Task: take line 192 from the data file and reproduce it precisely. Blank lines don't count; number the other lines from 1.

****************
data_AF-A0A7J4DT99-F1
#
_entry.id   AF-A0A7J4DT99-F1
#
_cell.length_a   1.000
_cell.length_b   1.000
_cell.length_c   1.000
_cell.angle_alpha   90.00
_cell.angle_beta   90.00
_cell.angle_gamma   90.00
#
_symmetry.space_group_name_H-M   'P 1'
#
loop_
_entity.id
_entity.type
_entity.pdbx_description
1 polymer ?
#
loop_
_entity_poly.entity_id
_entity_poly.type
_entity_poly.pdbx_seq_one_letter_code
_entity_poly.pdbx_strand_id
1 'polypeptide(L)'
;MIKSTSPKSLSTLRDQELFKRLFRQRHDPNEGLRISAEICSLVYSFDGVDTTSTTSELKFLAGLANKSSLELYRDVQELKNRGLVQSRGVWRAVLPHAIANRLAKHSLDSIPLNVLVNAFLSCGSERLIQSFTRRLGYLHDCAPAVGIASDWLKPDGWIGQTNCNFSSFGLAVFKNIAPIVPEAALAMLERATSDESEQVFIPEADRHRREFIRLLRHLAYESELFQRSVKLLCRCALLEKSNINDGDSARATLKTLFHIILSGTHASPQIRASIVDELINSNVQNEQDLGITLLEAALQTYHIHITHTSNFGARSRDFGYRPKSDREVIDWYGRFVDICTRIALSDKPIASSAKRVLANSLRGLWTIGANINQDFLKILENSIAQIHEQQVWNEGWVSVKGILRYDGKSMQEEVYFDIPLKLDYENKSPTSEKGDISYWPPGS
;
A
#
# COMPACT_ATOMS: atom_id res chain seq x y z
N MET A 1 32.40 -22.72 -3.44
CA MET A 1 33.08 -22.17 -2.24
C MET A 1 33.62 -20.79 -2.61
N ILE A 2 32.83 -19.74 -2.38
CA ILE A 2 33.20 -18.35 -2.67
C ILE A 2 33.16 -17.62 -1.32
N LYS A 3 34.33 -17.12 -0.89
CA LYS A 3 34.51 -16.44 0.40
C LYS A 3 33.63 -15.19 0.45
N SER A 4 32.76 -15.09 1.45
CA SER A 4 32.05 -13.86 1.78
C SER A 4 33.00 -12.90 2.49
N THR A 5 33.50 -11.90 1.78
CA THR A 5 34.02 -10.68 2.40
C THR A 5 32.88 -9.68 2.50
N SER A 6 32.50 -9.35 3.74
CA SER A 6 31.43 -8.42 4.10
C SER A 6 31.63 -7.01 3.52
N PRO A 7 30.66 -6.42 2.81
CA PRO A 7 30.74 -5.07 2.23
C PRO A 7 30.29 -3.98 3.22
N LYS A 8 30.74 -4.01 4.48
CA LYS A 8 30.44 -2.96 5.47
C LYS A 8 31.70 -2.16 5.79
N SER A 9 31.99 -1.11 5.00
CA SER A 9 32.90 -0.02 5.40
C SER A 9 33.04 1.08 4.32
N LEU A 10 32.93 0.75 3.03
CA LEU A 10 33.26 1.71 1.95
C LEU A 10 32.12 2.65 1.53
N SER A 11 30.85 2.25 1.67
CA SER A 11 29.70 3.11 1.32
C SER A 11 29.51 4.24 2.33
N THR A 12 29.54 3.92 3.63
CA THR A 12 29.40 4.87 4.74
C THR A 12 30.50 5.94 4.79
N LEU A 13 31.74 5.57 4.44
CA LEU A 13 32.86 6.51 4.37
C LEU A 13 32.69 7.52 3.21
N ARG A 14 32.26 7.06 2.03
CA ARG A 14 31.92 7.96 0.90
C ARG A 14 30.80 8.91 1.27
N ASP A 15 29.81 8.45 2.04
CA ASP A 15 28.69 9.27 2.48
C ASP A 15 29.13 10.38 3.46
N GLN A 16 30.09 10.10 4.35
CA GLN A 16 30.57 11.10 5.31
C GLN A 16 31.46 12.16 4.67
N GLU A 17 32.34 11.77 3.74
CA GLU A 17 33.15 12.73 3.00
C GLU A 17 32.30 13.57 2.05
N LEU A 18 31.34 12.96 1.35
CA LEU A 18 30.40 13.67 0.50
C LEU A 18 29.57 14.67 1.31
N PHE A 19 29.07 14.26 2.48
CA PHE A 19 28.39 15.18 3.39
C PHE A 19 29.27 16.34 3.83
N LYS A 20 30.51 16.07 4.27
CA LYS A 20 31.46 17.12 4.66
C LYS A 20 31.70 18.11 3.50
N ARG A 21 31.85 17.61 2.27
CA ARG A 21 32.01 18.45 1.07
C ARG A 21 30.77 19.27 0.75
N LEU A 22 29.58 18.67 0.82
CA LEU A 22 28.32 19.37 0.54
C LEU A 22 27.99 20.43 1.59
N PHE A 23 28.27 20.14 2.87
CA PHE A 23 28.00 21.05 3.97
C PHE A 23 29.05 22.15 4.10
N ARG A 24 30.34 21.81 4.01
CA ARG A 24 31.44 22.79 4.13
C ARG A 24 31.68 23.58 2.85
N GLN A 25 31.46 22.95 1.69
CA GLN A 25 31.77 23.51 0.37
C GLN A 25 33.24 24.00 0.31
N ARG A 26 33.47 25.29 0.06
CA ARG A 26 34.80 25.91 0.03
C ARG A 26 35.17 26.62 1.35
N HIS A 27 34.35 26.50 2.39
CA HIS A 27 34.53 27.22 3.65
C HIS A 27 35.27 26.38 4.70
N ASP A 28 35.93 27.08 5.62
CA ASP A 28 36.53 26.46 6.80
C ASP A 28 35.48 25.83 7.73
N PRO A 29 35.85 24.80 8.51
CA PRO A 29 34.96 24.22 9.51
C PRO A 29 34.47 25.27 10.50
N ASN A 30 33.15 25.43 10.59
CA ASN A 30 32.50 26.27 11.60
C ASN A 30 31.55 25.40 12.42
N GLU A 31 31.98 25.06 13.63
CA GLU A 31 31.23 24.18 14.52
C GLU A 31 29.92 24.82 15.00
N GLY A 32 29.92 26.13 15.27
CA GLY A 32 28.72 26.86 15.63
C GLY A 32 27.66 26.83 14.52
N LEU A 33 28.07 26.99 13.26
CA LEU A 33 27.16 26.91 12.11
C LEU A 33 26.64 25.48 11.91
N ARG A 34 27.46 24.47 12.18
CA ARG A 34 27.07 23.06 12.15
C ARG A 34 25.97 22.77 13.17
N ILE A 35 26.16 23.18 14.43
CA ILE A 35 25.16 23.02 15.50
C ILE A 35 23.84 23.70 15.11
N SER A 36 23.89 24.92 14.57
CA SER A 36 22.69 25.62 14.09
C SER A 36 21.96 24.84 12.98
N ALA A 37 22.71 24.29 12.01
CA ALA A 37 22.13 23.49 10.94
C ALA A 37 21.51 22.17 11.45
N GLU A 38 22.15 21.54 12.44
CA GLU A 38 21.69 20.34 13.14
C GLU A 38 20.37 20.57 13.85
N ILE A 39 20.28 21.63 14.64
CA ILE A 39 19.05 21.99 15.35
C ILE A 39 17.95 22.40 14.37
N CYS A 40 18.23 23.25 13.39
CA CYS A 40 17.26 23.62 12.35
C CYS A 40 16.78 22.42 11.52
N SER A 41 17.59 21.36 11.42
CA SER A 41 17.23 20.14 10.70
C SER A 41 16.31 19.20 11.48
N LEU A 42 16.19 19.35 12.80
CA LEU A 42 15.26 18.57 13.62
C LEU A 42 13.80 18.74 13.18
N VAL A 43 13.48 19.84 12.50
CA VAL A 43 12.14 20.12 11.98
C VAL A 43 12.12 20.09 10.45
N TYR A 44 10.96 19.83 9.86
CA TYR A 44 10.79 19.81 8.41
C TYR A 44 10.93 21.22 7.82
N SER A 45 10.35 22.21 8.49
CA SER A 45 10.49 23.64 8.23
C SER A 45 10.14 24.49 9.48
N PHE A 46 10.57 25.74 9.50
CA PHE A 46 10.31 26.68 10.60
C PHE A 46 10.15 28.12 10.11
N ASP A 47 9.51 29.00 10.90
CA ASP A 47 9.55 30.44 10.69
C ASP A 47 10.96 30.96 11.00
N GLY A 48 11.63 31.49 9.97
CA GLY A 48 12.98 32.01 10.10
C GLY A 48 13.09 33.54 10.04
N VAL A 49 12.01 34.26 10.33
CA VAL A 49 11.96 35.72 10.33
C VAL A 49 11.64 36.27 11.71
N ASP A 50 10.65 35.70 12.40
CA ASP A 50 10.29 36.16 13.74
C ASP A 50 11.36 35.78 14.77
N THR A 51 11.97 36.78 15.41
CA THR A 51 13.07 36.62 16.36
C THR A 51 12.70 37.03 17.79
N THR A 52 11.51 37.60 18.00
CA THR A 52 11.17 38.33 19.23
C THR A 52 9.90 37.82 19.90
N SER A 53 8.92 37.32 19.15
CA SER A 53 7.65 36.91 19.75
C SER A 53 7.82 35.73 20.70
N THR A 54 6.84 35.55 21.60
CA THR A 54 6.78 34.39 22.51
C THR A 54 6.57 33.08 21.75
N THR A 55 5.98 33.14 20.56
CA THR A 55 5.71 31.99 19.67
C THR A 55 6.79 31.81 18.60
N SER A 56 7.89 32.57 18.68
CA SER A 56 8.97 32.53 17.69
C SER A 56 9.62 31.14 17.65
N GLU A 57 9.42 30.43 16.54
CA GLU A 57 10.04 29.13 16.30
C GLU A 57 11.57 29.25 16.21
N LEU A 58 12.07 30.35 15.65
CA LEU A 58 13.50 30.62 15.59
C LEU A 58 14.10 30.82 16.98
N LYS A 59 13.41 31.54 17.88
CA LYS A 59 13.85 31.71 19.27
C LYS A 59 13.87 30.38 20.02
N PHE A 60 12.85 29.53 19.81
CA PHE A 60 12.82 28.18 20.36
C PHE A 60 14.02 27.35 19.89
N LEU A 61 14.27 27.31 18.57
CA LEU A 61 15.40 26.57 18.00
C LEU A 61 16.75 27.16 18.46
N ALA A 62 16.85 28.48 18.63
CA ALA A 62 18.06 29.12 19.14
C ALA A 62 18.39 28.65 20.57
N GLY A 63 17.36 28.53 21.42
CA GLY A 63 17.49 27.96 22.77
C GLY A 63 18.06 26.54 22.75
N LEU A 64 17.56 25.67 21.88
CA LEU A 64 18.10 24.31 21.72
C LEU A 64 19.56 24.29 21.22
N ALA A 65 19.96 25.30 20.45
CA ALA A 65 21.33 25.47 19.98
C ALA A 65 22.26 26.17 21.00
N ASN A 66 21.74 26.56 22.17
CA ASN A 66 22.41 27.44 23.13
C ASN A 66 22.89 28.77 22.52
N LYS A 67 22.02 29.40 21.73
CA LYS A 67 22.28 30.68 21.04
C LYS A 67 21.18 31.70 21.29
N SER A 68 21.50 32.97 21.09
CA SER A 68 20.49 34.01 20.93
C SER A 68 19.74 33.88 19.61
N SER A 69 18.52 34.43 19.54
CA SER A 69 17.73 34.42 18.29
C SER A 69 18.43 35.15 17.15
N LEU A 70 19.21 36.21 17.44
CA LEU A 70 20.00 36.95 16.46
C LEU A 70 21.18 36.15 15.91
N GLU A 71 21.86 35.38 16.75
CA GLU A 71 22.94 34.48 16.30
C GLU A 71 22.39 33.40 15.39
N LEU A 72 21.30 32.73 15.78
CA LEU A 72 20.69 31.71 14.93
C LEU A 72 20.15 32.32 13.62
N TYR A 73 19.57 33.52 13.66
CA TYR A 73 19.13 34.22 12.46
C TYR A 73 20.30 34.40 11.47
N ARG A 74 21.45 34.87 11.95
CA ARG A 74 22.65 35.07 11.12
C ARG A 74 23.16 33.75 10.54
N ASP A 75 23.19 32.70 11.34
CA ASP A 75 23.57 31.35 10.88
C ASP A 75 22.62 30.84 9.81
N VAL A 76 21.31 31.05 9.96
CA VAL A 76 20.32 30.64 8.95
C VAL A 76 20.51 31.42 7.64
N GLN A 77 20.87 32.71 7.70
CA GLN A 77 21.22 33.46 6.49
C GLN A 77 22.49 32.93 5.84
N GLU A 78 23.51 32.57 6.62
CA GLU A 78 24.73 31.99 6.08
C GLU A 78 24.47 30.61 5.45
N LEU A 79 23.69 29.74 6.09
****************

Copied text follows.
C THR A 54 6.57 33.08 21.75